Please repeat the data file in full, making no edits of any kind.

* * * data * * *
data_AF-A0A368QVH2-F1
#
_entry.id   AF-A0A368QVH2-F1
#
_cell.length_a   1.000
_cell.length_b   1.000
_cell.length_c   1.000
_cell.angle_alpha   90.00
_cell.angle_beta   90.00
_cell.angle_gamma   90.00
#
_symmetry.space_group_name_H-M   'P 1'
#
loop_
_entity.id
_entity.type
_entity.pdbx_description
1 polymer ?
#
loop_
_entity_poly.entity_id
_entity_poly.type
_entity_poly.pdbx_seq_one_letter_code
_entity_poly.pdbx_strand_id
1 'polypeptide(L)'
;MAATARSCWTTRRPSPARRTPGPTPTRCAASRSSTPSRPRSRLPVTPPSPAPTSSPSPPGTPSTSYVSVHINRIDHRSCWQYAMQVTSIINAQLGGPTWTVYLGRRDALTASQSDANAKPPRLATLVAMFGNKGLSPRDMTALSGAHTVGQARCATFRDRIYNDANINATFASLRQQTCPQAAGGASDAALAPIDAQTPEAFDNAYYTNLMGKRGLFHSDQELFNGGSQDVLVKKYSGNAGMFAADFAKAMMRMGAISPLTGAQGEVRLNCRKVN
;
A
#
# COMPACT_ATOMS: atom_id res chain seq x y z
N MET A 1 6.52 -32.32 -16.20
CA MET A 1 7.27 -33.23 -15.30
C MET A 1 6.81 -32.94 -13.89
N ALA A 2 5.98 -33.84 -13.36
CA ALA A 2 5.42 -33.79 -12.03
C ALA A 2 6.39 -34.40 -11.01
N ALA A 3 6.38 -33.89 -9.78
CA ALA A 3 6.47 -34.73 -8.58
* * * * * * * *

data_AF-A0A368QVH2-F1
#
_entry.id   AF-A0A368QVH2-F1
#
_cell.length_a   1.000
_cell.length_b   1.000
_cell.length_c   1.000
_cell.angle_alpha   90.00
_cell.angle_beta   90.00
_cell.angle_gamma   90.00
#
_symmetry.space_group_name_H-M   'P 1'
#
loop_
_entity.id
_entity.type
_entity.pdbx_description
1 polymer ?
#
loop_
_entity_poly.entity_id
_entity_poly.type
_entity_poly.pdbx_seq_one_letter_code
_entity_poly.pdbx_strand_id
1 'polypeptide(L)'
;MAATARSCWTTRRPSPARRTPGPTPTRCAASRSSTPSRPRSRLPVTPPSPAPTSSPSPPGTPSTSYVSVHINRIDHRSCWQYAMQVTSIINAQLGGPTWTVYLGRRDALTASQSDANAKPPRLATLVAMFGNKGLSPRDMTALSGAHTVGQARCATFRDRIYNDANINATFASLRQQTCPQAAGGASDAALAPIDAQTPEAFDNAYYTNLMGKRGLFHSDQELFNGGSQDVLVKKYSGNAGMFAADFAKAMMRMGAISPLTGAQGEVRLNCRKVN
;
A
#
# COMPACT_ATOMS: atom_id res chain seq x y z
N MET A 1 6.52 -32.32 -16.20
CA MET A 1 7.27 -33.23 -15.30
C MET A 1 6.81 -32.94 -13.89
N ALA A 2 5.98 -33.84 -13.36
CA ALA A 2 5.42 -33.79 -12.03
C ALA A 2 6.39 -34.40 -11.01
N ALA A 3 6.38 -33.89 -9.78
CA ALA A 3 6.47 -34.73 -8.58